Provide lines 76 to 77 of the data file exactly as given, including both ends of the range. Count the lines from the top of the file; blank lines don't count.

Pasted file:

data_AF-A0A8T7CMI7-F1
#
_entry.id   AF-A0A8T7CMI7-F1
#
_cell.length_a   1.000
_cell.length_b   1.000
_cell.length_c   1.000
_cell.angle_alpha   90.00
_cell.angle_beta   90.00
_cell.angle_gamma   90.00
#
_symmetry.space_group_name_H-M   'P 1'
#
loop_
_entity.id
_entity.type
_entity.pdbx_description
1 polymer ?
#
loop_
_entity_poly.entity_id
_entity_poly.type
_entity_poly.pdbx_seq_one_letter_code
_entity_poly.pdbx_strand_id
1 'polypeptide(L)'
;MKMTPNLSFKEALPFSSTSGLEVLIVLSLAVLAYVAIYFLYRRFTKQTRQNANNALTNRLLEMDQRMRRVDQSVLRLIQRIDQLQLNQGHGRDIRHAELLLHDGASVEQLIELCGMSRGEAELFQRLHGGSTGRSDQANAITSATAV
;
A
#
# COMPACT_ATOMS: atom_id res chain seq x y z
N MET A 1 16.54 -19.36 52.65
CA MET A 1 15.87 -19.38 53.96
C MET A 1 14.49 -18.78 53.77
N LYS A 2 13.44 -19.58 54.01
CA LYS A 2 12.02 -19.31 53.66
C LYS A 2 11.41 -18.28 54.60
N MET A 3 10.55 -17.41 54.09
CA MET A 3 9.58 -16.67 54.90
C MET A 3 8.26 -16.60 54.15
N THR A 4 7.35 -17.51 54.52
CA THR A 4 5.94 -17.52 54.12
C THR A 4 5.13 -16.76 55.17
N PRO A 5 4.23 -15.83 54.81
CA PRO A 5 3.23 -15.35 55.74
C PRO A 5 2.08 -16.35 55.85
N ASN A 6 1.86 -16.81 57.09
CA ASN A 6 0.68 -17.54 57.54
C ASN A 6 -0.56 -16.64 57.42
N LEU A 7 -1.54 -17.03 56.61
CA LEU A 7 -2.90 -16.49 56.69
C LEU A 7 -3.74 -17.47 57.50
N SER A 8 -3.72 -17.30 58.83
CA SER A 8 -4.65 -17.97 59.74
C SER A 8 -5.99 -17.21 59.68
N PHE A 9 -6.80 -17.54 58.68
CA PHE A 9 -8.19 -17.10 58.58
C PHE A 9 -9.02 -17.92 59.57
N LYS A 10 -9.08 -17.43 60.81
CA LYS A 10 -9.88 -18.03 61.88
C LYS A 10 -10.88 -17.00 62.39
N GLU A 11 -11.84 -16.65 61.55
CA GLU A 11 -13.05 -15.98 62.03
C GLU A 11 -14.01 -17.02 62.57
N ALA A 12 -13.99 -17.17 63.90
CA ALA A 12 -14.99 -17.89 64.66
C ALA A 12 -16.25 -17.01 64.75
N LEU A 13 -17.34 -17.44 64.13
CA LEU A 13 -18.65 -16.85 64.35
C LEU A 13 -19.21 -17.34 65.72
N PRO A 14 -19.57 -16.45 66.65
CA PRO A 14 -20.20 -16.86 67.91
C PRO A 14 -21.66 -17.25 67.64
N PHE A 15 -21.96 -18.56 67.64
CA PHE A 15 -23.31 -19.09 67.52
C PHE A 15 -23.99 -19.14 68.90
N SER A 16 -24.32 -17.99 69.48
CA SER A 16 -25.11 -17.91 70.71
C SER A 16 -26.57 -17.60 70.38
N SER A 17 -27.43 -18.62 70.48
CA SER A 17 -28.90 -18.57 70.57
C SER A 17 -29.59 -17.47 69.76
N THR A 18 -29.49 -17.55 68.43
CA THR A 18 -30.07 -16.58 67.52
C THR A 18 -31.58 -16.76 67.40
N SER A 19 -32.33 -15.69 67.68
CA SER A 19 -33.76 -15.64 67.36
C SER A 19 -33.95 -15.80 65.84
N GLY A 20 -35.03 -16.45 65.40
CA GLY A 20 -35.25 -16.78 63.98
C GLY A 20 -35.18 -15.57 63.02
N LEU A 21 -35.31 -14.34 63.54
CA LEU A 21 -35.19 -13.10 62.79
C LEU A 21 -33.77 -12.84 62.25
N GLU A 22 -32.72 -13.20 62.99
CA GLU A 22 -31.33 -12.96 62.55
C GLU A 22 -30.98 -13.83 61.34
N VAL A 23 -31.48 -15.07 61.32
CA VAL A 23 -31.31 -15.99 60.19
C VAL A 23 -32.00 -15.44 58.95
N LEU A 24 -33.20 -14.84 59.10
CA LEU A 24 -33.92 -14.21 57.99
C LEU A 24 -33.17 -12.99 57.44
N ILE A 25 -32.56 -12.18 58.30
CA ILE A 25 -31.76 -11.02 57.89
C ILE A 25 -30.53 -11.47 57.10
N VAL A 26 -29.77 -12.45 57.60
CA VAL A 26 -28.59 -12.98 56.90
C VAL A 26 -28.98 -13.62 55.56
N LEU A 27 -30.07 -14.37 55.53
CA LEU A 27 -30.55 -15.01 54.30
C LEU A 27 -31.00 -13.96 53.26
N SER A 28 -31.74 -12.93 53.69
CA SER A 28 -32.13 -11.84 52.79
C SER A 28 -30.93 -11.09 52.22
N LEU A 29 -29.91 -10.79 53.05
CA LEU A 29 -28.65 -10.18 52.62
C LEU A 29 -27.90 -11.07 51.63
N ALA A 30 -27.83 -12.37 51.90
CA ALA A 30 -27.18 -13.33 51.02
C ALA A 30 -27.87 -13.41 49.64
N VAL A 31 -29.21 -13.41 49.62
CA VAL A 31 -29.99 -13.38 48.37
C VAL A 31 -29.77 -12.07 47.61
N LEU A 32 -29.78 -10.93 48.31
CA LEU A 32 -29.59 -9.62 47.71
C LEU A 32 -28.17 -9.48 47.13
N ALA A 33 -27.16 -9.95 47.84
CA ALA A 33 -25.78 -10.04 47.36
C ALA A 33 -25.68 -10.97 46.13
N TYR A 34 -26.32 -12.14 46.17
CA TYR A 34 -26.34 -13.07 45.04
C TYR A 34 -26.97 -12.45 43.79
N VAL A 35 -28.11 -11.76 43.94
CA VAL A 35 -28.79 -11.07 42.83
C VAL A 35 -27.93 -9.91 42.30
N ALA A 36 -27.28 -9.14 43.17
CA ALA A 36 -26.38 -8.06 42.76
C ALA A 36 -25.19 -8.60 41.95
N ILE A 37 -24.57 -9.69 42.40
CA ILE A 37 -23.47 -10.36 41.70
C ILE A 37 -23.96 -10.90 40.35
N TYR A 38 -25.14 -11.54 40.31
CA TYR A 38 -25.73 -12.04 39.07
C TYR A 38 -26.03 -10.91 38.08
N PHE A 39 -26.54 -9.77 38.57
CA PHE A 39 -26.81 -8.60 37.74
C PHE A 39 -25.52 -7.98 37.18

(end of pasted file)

N SER A 16 -24.32 -17.99 69.48
CA SER A 16 -25.11 -17.91 70.71